Notice how the agents are required to go through a “comprehensive” “detection training program.” If all they do is study authentic bills, why is there a need for such a program?

Of course, it makes perfect sense to understand how fake bills are produced. Finding ways to detect even the slightest problem while staying one step ahead of the counterfeiters are obvious priorities for those who are entrusted with the security of currency.

This reminds me of a professor of my first-ever class in seminary in 1985. Dr. Ronald Youngblood, an esteemed Hebrew and Old Testament scholar who helped translate the New International Version, stood in front of my prolegomena (Bible interpretation) class of about 50 students one afternoon having returned from a conference on the other side of the country. When he said he wanted to make a confession, the students edged up onto their chairs in the completely silent hall. While I don’t remember his exact words, he said something like this:

Gentlemen, I sat next to a Mormon on my flight. We spoke about our faith the entire time. Everything I said, he agreed with, and everything he said sounded orthodox, even though I knew there were differences between our faiths. But I couldn’t put my finger on how to explain our differences. Today, I stand before you humbled as I give you a promise, that I will be doing my due diligence in researching this topic and this situation will never happen again.

This confession made a tremendous impact on me. After all, here was a top-notch scholar who could have run circles around the Mormon if the topic had been textual criticism, Hebrew grammar, or, yes, prolegomena. Dr. Youngblood was certainly no slouch when it came to biblical studies. While he had helped translate a popular version of the Bible, my esteemed professor admittedly could not provide the man with a clear presentation of the Gospel because he did not have a good grasp on the nuances of Mormonism.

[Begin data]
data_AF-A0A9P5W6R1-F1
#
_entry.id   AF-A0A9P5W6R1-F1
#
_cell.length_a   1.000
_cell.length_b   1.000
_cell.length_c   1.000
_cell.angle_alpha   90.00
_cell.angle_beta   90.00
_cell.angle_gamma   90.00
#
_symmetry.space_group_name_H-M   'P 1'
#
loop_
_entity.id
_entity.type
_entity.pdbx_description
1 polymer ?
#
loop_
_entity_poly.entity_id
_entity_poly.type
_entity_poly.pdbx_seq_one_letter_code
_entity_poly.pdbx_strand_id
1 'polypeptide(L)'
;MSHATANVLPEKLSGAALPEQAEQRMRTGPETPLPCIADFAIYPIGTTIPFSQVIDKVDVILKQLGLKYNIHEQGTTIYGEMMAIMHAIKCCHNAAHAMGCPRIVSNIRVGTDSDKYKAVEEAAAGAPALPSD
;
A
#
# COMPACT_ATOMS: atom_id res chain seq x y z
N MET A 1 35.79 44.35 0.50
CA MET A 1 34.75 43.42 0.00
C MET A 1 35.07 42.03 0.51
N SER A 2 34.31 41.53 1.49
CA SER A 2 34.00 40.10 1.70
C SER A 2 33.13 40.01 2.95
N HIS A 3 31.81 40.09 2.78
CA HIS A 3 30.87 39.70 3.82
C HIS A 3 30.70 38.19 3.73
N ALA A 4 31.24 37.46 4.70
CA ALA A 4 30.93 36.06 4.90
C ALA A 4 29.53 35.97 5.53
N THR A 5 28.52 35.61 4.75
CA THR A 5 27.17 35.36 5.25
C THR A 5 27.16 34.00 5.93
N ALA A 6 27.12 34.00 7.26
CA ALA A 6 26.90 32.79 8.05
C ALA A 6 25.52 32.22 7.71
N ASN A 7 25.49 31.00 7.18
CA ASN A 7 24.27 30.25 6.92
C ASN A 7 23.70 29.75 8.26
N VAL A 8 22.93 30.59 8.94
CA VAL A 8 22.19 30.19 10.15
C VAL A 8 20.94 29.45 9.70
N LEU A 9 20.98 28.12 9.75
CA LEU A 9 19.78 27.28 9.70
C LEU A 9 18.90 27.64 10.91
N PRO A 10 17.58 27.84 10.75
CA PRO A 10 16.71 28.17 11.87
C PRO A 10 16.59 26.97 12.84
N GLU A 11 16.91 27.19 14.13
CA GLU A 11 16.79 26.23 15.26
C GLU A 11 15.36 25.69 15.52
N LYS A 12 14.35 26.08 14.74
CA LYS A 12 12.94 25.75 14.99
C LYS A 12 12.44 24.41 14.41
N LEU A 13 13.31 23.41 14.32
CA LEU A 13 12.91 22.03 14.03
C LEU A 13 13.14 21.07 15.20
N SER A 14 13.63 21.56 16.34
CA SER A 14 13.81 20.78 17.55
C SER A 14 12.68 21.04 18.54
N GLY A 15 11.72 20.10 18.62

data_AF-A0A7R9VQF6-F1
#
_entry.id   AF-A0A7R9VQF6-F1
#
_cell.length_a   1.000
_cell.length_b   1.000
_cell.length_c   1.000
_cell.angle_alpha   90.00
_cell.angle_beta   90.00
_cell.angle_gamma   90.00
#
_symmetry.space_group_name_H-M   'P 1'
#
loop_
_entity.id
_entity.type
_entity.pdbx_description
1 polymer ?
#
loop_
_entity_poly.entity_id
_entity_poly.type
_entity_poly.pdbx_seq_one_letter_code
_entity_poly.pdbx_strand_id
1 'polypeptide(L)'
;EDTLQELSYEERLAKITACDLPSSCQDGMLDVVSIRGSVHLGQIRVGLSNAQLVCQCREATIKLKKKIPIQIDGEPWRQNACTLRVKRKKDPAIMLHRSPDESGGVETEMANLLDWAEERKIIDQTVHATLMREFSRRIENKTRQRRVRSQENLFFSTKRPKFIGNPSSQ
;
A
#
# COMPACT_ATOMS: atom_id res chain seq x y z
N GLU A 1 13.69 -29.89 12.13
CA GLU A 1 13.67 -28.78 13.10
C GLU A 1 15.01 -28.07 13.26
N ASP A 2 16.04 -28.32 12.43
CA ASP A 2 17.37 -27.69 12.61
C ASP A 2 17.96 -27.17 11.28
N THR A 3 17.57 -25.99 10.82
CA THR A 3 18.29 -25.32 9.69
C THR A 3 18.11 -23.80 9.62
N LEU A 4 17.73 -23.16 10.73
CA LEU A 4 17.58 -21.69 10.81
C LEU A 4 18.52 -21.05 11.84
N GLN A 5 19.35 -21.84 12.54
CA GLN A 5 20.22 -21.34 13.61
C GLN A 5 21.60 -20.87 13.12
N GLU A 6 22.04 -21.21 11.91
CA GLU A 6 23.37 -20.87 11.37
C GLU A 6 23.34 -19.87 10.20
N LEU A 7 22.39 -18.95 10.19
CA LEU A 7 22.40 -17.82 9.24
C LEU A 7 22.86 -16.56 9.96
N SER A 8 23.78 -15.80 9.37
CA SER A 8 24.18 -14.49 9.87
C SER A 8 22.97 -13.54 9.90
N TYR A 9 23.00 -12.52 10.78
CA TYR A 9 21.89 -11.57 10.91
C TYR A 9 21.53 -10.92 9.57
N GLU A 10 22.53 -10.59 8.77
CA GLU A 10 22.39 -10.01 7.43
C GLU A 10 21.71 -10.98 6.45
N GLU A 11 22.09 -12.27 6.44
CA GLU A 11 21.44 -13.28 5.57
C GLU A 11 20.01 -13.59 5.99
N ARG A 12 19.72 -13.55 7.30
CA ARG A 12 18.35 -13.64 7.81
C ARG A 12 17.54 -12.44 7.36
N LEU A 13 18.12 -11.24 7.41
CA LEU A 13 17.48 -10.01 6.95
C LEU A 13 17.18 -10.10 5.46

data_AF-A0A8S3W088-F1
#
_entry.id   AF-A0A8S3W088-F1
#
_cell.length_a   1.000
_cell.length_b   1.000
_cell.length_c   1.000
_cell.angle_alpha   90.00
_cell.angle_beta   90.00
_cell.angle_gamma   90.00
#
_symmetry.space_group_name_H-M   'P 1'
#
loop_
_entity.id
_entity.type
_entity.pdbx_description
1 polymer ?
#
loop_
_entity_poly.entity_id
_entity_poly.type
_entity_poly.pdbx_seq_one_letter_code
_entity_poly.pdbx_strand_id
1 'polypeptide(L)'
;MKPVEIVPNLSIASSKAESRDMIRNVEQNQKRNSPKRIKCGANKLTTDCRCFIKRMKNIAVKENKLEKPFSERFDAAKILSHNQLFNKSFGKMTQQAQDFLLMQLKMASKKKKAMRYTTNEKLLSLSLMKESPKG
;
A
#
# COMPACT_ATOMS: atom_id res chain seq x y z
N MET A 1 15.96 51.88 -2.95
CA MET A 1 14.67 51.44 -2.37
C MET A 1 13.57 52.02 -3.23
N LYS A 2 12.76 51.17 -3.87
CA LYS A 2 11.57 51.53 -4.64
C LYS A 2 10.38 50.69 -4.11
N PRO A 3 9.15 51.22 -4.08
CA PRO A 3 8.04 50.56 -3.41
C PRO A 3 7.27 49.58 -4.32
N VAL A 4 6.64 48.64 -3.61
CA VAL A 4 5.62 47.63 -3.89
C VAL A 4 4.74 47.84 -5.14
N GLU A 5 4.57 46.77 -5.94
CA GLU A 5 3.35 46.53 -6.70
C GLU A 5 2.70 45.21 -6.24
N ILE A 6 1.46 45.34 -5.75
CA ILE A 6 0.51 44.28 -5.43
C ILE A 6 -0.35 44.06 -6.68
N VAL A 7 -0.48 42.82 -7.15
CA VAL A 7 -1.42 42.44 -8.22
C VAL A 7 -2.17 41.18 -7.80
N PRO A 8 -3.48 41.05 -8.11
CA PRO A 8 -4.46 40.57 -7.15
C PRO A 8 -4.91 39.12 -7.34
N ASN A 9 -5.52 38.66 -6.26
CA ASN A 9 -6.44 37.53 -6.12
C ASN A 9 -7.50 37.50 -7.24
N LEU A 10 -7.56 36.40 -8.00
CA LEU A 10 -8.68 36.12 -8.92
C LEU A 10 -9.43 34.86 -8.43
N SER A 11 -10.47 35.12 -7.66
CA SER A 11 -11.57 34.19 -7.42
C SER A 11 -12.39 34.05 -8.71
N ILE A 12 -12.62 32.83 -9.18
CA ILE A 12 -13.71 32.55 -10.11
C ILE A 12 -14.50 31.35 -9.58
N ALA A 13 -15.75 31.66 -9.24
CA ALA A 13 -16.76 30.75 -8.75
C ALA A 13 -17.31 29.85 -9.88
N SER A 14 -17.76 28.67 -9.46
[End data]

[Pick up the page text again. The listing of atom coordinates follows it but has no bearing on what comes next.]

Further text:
This should not be surprising since Mormons and Christians use the same terminology when describing very different concepts. Unless you know the right questions to ask, you too will be completely overwhelmed when Latter-day Saints espouse belief in Jesus as their Savior and claim that salvation comes by grace through faith, among other principles. Everything sounds the same!

In my book Introducing Christianity to Mormons (Harvest House, 2022), I made it a priority to include a glossary in the back that contains definitions to common theological terms. For instance, this is how I defined the Christian definition for grace:

Unmerited favor from God provided to those who place their trust in Jesus.” The LDS definition follows: “Enabling power provided by God to help a person keep the commandments.”

Did you notice the nuance? My understanding on this topic did not come from merely reading the Bible, although it certainly was my starting point. I was only able to detect the difference because of the many years I spent studying the teachings of Mormonism as found in the faith’s four main written scriptures (Standard Works) as well as numerous general conference talks, correlated curriculum, and articles on the church’s website, among many other resources.

Many of you reading this may want to learn more about the current teaching of this religion, which is probably why you subscribe. Although someone might claim that your time would be better spent just studying the Bible, I think you understand the importance of what I am talking about. It’s not an “either/or” situation but “both.”


At face value, the counterfeit money analogy seems adequate. While the best way to detect the proverbial wolf in sheep’s clothing is understanding what a sheep is, it is also vital to know as much as possible about the nature and methods of the wolf.

Second Timothy 2:15 says to “be diligent to present yourself approved to God, a worker who does not need to be ashamed, rightly dividing the word of truth.” First and foremost, this requires dedicated study of the Bible as well as quality Christian resources. But the effort must also include study of the false religion. The late Dr. Youngblood endorsed two of our previous books and completely agreed with this assessment.

Studying a counterfeit religion like Mormonism is important for us at Mormonism Research Ministry as we attempt to:

· Prevent people from converting to Mormonism

· Present biblical truth to Mormons

· Provide guidance to other believers who want to effectively share their faith

Christian, do not be ashamed of being the “workman” whom God intends you to be! Understanding both the authentic and the counterfeit gospels are crucial for having an “answer to everyone who asks you to give the reason for the hope that you have” (1 Peter 3:15).